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GCN : January 2013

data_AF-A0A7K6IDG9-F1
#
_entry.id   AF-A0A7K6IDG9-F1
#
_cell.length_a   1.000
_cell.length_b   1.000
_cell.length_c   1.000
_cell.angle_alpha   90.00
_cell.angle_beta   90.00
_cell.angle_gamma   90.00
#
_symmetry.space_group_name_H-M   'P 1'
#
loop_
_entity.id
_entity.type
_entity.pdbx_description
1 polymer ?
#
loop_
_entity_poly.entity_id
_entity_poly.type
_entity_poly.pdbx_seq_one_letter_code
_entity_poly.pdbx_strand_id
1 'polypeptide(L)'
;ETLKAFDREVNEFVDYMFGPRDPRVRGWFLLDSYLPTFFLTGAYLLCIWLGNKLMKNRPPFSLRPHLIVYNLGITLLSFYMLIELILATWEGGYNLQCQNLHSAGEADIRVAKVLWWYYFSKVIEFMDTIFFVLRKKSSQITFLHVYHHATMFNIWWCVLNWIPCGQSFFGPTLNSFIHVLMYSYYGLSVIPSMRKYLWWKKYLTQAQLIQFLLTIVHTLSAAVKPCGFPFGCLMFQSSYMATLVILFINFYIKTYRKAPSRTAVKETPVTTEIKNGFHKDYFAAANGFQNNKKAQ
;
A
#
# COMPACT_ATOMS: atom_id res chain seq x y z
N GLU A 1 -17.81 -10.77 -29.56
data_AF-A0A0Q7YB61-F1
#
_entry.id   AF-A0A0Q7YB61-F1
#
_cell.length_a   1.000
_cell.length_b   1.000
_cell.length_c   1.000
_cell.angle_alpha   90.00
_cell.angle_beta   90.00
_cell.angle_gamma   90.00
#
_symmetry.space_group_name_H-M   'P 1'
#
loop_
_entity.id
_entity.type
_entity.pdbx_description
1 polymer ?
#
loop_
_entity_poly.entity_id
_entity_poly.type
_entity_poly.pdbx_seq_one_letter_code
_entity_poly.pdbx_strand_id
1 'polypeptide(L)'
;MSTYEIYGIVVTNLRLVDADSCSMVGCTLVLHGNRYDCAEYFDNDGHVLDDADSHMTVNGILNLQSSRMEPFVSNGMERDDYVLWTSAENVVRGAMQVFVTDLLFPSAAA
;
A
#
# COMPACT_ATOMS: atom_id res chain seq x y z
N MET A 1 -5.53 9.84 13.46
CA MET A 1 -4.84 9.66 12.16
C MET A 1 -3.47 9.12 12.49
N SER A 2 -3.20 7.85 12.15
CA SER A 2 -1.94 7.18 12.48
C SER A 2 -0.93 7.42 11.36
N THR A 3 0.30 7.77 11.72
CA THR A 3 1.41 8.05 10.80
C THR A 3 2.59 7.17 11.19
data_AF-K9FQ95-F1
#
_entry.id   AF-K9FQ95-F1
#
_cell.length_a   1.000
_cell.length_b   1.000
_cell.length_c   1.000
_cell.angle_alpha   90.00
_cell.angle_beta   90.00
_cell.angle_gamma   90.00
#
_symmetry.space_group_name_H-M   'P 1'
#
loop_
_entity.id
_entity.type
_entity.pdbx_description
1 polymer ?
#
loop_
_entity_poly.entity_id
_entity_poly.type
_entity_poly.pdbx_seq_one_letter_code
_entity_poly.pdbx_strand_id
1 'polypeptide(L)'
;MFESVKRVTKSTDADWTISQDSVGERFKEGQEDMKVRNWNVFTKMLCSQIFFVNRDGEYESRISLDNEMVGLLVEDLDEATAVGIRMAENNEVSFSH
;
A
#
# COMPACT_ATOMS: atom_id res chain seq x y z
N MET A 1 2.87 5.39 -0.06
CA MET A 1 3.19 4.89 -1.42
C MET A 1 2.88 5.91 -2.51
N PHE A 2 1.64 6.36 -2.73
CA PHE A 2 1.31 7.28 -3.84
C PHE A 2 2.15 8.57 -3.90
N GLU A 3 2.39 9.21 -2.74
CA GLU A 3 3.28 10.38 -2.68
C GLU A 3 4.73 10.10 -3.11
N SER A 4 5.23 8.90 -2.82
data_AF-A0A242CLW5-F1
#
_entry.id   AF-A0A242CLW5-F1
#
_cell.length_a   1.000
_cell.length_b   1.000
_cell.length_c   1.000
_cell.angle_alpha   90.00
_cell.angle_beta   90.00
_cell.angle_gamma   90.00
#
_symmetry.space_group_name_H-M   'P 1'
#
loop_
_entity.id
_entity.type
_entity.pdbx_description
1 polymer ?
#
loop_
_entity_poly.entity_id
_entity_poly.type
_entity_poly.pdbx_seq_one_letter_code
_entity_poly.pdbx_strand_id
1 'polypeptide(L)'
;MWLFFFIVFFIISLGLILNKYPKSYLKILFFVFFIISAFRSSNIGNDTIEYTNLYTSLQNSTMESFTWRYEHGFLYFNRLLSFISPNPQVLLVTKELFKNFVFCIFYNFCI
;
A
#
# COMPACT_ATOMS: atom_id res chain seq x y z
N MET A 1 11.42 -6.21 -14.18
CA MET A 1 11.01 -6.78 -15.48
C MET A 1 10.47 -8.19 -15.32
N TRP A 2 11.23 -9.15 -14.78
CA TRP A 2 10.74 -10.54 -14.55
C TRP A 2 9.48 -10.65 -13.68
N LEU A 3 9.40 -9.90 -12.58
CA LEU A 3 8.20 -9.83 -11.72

The National Strategy for Trusted Identities in Cyberspace is working to develop an interoperable framework for a digital identity ecosystem to make online transactions more secure and enable more government and economic activity on the Internet. NSTIC has awarded $9 million in grants to five pilot programs run by government agencies, industry and academia on different aspects of the ecosystem, including: Motor vehicle departments were not originally intended to be in the iden- tity business and drivers' licenses were not intended for identification. But drivers' licenses have evolved into de facto government IDs and DMVs have become the first line of government identity proofing. The AAMVA's Cross- Sector Digital Identity Initiative (CSDII) will try to leverage that expertise with a framework to enable the secure ex- change and verification of identity data. "The whole concept of electronic IDs is a paradigm shift," for DMVs, said AAMVA director of ID standards Geoff Slagle. It potentially enables DMVs to become third-party sources for verify- ing identity for online transactions. The organization's program could use multiple sources of data to verify online identity. Under the federal government's four levels of assurance for ID creden- tials, drivers' licenses now are rated at a strong 2 (with 4 being the high- est) Slagle said. To raise that level of assurance so that licenses could be used for more sensitive transactions, license data could be associated with other sources. Doing this would require multiple verifications, each to be bound with the license information. DMVs could play multiple roles in the scheme, both authenticating identities online for third parties and verifying personal information presented for licensing. The CSDII framework would require establishment of standards and policies for the parties involved, and AAMVA will build on existing technologies and standards. "We don't want to be re-inventing the wheel," Slagle said. "It's not our aim to be a standards development organization." The program, now in its early stages, will include two proof-of-concept deployments before launching a larger pilot program, which is expected to wrap up within two years. Participating in the AAMVA pilot are Commonwealth of Virginia Department of Motor Vehicles; Biometric Signature ID, a provider of two-factor authentica- tion; CA Technologies; Microsoft; and AT&T. TRUSTED ID The five grantees were selected from 186 applications. Grant said those selected all include a broad range of collaborating partners working in health care, retail, banking, government and education, and are not R&D efforts. Each project will focus on different aspects of the ecosystem (see sidebar), including: • Third-party authentication that uses drivers' licenses and state motor vehicle departments for authentication. • Commercial, open-source ID verifica- tion that allows multiple relying parties to verify a user's identity. • Multi-factor mobile authentication that uses varying levels of trust from PINs to geo-location. • Data encryption with broker verification that enables access to personally identifi- able information. • Attributes for authentication that estab- lish an infrastructure for preserving privacy. "They are focused less on developing new technologies than on taking leading edge technologies and getting them into the hands of the public," he said. Grant said three to four additional rounds of pilot funding are anticipated, depending on budgets for the coming years. At that point the program office expects to begin winding down. "We have actually planned for our own de- mise," he said. • GCN JANUARY 2013 • GCN.COM 17 5 PROJECTS TEST LINKS OF NEW ID ECOSYSTEM Project Goal: Third-party ID verification Project Manager: American Asso- ciation of Motor Vehicle Adminis- trators Grant: $1,621,803 Pilots for trusted identities range from first-responder authentica- tion and secure business transac- tions to the exchange of health care information.